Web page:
Considering Africa to be the youngest continent by far and the fatality rate for COVID-19 to be high amongst the aged, Professor Alex Broadbent said “We must ask, then, whether African nations (including South Africa) have as much reason to fear COVID-19 as regions where so much of the population is older.”
As of April 12, 2020, 52 African countries have confirmed 13,636 cases with 742 deaths and 2,358 recoveries. Lesotho and Comoros are the only Virus-free countries.
What Alternative is Prof. Alex Broadbent proffering?
The Director of the Institute for the Future of Knowledge and professor of philosophy at the University of Johannesburg, suggests that African countries should rather engage in regional quarantine.
“Lockdown areas where this makes sense, and which have the older portion of the population, but don’t lock down where it’s impossible to do so. Regional quarantine may be more effective in Africa, where conurbations are separated by large distances. The benefits of separating at-risk populations also deserve fuller consideration,” he said.
The underpinning of his reason is that in Africa and other developing regions, older people in urban areas often move back to rural areas. In rural villages, it may be possible to separate older and younger people more easily than in a crowded township or slum, where lockdown is a “nonsense”.
He added that the problems must be solved by the people themselves.
“This is not my idea, but an idea suggested by the leaders of a village in a rural part of Africa. And this shows us the best idea of all — ask people to solve the problem for themselves. People who live in a community know their way of life,” he indicated.
“It’s time that African leaders, and especially those in South Africa, get themselves, advisers who are awake to the differences between Africa and the places where lockdown was conceived, and who are willing and able to model the full consequences — not just death by COVID-19 — of a full range of measures,” he admonished.
Impact of COVID-19 on African Economy
African Union leaders at a Summit
The African Union (AU) in its reports said vulnerable African economies could be strangled by the coronavirus pandemic with the possibility of up to 20 million job losses and the potential for social unrest. This assertion has also been concurred by some analysts who have predicted that more than 20 million job losses will be experienced in both the informal and formal sectors of the African economy.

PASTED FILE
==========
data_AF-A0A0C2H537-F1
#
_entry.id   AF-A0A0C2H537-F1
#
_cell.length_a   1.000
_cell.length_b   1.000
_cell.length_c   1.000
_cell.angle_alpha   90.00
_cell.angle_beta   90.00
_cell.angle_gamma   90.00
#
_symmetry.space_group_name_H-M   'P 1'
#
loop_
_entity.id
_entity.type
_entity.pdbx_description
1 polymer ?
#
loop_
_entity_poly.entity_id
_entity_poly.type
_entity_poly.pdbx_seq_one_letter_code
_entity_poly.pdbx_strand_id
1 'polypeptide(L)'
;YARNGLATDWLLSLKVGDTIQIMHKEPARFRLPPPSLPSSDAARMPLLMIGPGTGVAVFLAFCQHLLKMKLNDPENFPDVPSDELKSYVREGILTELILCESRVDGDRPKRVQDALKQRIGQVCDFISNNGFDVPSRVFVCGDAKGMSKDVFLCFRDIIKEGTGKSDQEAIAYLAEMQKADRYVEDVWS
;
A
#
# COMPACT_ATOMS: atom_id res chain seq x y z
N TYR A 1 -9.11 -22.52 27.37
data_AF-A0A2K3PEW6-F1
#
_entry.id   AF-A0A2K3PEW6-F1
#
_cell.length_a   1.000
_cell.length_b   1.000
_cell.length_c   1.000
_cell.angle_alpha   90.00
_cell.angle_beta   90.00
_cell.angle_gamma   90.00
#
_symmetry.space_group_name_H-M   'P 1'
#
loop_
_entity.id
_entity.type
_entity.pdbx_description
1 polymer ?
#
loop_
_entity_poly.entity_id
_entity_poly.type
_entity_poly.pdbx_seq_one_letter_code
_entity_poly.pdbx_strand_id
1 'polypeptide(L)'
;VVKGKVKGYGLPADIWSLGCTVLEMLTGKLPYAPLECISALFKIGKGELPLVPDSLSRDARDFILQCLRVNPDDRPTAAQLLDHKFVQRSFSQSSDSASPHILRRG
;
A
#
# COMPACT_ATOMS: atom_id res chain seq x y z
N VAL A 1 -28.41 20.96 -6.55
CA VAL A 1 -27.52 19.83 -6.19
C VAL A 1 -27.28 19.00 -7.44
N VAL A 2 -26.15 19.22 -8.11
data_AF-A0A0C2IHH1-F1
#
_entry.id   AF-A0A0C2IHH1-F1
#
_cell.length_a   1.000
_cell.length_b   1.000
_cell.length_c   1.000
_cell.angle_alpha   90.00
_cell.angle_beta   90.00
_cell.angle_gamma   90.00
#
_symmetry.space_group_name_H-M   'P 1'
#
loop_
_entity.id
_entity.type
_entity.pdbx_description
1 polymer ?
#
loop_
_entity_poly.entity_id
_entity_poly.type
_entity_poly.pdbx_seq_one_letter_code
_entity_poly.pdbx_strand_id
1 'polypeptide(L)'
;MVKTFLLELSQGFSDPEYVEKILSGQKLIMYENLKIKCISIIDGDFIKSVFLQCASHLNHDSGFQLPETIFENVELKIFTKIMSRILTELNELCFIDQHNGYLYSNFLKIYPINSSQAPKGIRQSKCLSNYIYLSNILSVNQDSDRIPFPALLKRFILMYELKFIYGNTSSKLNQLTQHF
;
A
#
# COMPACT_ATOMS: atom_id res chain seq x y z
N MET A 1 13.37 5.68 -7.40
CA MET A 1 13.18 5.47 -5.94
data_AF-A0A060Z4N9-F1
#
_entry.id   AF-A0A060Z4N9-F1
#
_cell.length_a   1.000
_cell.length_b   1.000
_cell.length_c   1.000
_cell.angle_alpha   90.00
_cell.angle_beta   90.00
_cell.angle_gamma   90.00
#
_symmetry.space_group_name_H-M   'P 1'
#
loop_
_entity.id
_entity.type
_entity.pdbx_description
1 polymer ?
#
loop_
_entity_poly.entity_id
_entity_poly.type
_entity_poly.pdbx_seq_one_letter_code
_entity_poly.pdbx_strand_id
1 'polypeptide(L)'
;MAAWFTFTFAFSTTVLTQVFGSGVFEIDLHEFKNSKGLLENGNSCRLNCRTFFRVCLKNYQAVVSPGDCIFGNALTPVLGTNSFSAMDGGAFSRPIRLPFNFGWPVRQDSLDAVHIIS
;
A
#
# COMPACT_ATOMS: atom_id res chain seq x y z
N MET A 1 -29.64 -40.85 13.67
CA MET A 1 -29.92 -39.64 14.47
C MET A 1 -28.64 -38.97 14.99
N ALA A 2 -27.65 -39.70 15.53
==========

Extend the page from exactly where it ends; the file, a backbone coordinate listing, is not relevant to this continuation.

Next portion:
The AU has stipulated eight months as the period for the African Continent to control the virus, predicting that during this period, the Gross Domestic Product (GDP) of the African continent could be reduced by more than 4.5%. The report also indicates that there has been a reduction in imports of basic goods from China since the pandemic begun while South Africa and Ghana have experienced hikes in prices of goods.
The big oil-producing countries have begun experiencing sinking oil prices and this would disrupt the economies of these countries. The report identifies the threat to Nigeria’s budget deficit as the country’s projected oil price at US$67 per barrel is being relinquished by the languishing price of crude at just US$26 per barrel due to the pandemic.
"Overall, Africa could lose up to 20 to 30 percent of its fiscal revenue,” the report predicted.
Despite the economies of African countries being hit hard by the coronavirus, various governments have introduced some fiscal measures and stimulus packages to lessen the impact of the virus on their economies and to make life comfortable for their residents regardless of COVID-19.